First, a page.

Guest blog by Rob Whiteman, CIPFA CEO: The Future of Financial Resilience in the Public Sector
“Change will not come if we wait for some other person, or if we wait for some other time. We are the ones we’ve been waiting for. We are the change that we seek.” – Barack Obama
If you were to go by the headlines that have dominated the news for the past decade, the state of public sector finances would seem consistently bleak. The news agenda can feel both endless and unchanging – ‘councils under pressure’, ‘NHS in crisis’, ‘cuts for local services’. It makes for pretty grim reading.
In October, it seemed some welcome change was coming with the Prime Minister promising ‘the end of austerity’, but this too proved anti-climactic. Only last month, the National Institute of Economic and Social Research argued that ‘planned spending increases will not be enough to accommodate sustainably the needs of an ageing population and to maintain the quality of public services’. And the Spring Statement was unsurprisingly light on the bold action needed to fix the public finances.
There remains no clear funding strategy for adult social care, unprecedented pressure on children’s services, and no clarity on business rates and fair funding. Growing pressures and reduced resources have tested the resilience of many organisations, and the main solutions offered by government have been cuts and private sector outsourcing.
We have been called upon to be more like the private sector, to be more commercial in our thinking, and to adopt delivery models that some would argue are counter to our public service ethos.
And this is precisely why I kicked off with the quote from Barack Obama. While CIPFA will continue to advocate for sustainable funding solutions for the public sector, the message from government remains depressingly consistent. In short, we must act to generate change in those areas that are within our gift.
That is not to say this isn’t already happening. The sector has proven itself time and time again to be innovative and adaptable in its approach to the challenges it faces.
Furthermore, the demise of outsourcing industry giants like Carillion and Interserve has shown that the private sector is not a panacea. Private sector organisations are now even turning to the public sector for guidance on how to weather financial storms with services intact.
The time is ripe to show that we do not need to be more like the private sector. In fact, we must be proudly public in our approach to financial management – putting people and communities at the heart of planning for the future and protecting services from unexpected shocks.
We at CIPFA have a key role to play in developing the tools that will cement public organisations as vanguards in this space. Tools like the Resilience Index and the draft CIPFA Financial Management Code – currently out to consultation – will ensure the sector is held to collective and robust standards of governance and financial management.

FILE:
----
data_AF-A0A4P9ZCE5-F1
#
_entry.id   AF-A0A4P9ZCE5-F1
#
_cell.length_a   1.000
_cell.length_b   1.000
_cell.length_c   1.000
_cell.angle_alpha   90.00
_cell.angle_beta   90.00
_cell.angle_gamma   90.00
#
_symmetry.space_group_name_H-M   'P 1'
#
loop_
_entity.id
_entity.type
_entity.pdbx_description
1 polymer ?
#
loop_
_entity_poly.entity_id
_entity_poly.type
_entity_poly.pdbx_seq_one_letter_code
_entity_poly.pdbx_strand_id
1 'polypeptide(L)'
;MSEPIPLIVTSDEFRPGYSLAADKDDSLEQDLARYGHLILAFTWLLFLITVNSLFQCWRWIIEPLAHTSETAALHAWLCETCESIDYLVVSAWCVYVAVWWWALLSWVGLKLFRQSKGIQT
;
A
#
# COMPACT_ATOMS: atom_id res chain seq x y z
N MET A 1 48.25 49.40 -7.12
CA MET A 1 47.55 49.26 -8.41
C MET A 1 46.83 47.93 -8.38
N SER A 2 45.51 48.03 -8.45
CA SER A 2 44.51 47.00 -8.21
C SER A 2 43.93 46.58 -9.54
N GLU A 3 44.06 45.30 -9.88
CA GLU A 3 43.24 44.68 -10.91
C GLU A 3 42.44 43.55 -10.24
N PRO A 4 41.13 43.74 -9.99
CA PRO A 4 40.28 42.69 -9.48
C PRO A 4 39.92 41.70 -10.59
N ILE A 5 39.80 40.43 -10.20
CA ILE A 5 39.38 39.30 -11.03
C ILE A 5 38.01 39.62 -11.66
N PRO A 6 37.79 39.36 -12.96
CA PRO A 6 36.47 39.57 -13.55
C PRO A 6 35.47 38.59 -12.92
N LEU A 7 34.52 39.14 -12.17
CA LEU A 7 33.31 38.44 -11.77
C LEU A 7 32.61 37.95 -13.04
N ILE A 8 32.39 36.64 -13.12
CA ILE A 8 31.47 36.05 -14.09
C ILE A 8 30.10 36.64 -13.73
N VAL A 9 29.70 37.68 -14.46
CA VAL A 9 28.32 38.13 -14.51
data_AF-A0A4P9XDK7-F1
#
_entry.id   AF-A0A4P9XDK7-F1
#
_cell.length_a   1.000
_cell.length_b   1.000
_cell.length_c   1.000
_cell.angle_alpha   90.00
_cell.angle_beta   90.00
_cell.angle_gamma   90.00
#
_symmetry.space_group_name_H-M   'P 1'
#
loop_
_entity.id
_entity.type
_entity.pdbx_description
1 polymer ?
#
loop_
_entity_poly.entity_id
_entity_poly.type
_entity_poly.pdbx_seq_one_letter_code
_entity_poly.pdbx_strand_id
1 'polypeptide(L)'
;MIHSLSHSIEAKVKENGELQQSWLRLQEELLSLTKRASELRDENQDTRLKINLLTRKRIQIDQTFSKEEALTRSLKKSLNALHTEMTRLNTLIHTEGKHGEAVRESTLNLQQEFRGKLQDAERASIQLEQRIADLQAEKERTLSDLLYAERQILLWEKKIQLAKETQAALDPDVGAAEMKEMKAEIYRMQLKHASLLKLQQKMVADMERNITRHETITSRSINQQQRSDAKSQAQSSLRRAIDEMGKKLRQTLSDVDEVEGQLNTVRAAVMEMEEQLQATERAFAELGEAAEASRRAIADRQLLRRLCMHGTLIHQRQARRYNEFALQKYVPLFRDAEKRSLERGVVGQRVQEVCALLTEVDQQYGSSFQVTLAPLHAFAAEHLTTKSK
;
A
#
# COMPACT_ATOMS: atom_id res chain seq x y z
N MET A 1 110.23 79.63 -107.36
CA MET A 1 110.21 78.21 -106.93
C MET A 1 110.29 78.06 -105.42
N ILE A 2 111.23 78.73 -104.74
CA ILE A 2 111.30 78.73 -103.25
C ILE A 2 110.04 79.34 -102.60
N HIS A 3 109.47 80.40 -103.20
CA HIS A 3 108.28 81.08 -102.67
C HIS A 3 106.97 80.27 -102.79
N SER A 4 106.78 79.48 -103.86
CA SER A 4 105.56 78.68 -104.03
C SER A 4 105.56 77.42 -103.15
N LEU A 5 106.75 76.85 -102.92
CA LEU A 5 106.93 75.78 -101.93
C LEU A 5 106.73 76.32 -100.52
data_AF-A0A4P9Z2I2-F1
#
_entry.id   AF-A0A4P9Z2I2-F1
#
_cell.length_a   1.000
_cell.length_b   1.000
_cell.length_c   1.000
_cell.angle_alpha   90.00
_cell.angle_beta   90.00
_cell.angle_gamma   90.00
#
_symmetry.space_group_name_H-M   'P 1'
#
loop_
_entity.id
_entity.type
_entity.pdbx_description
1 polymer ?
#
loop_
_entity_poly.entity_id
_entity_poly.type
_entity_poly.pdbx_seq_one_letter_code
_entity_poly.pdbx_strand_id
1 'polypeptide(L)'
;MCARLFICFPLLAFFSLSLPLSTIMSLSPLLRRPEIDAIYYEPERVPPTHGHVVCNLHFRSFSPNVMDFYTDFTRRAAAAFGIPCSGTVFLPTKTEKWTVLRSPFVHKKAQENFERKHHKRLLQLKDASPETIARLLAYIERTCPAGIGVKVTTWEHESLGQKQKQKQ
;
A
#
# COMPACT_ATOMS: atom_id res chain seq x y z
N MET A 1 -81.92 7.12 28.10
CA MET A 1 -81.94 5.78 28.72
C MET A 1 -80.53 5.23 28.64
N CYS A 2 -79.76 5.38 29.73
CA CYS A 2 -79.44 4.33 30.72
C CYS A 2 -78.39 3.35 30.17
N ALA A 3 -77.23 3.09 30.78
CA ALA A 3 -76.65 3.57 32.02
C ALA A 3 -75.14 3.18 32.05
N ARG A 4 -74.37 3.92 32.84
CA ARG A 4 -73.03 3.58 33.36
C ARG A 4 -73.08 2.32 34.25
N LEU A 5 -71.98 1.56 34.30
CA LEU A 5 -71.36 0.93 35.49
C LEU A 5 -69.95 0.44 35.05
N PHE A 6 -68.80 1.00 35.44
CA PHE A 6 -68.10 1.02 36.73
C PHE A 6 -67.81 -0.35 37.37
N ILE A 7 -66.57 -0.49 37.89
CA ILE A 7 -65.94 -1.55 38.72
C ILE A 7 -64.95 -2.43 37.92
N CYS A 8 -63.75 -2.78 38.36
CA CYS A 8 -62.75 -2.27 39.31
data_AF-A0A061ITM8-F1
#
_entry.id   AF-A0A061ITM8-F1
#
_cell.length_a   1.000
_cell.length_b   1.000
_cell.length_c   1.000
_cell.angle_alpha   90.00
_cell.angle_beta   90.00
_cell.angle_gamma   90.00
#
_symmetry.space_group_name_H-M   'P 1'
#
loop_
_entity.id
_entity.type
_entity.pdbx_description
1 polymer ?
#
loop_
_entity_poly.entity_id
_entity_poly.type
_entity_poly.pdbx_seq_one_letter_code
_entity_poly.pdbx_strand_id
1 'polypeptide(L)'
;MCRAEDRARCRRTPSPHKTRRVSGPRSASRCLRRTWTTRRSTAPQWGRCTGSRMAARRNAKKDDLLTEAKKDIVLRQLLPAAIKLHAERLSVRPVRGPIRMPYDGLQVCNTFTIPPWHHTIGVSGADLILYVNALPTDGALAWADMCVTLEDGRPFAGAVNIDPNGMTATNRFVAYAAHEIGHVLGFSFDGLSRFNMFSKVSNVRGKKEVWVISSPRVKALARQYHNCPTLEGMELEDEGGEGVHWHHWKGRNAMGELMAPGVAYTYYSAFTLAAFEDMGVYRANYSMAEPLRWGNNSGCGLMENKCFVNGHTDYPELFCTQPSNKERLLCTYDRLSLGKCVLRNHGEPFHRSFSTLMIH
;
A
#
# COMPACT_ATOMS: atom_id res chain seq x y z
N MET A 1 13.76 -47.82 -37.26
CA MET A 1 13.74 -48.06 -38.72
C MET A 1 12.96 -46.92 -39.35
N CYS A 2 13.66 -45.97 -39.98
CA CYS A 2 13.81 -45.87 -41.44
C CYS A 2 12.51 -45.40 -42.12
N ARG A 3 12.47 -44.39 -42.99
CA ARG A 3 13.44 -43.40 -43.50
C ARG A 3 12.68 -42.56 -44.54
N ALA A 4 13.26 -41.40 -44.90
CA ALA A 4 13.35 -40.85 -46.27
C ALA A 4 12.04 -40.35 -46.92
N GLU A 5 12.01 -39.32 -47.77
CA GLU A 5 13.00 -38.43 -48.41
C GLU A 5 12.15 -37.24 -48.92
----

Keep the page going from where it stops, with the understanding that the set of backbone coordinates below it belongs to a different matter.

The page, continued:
But the design of these tools need careful consideration with input from those who are living and breathing financial management day to day. This includes those operating in scrutiny roles in local authorities. Resources like the Financial Management Code will be a natural aid to those charged with scrutinising spending decisions and helping future proof their authority’s financial position.
A collection of shared principles setting the standard for financial management that the whole sector can buy into will provide scrutiny committees with a solid foundation from which to be an effective and solutions-focussed ‘critical friend’ to their organisations.
But if good financial management, resilience in financial strategy and a general improvement in public service excellence is to be achieved, it cannot be done by improvement tools alone. Effective leadership, good corporate governance and timely decision making must include a close and trusted relationship between both council officers and Members. This is why CIPFA will shortly launch its Councillor Advisor Service, a joint initiative with the Centre for Governance and Scrutiny. The service will improve the financial knowledge of councillors, strengthen understanding between councillors and officers, and offer new networking opportunities.
Sharing thoughts and ideas within and between authorities is how we will generate a community of practice and arrive at the most appropriate and effective solutions to our challenges. In short, public sector organisations must support one another in a spirit of collaboration to make the best of their resources for the vulnerable citizens who need them most.
The public sector is a difficult world to be operating within right now, and we simply cannot depend on this year’s Spending Review to deliver the solutions the sector so desperately needs. Strengthening financial management and providing early warning systems to enable timely action where problems exist is in the public interest. And CIPFA will continue to advocate for, and act in, the public interest. We are the change that we seek.
For further information please contact the CIPFA Corporate Communications team on 020 7543 5737 or email email@example.com
CIPFA and CfGS are jointly undertaking a programme of work relating to scrutiny of local finances. At a time of acute resourcing stresses for the sector, the need for robust and proportionate oversight of finances by elected members is critically important. Sustained effort is needed to make it meaningful – and to ensure that it has a proper impact on how local bodies manage public funds. We are pleased to launch this work with the first in a series of guest blogs on related issues.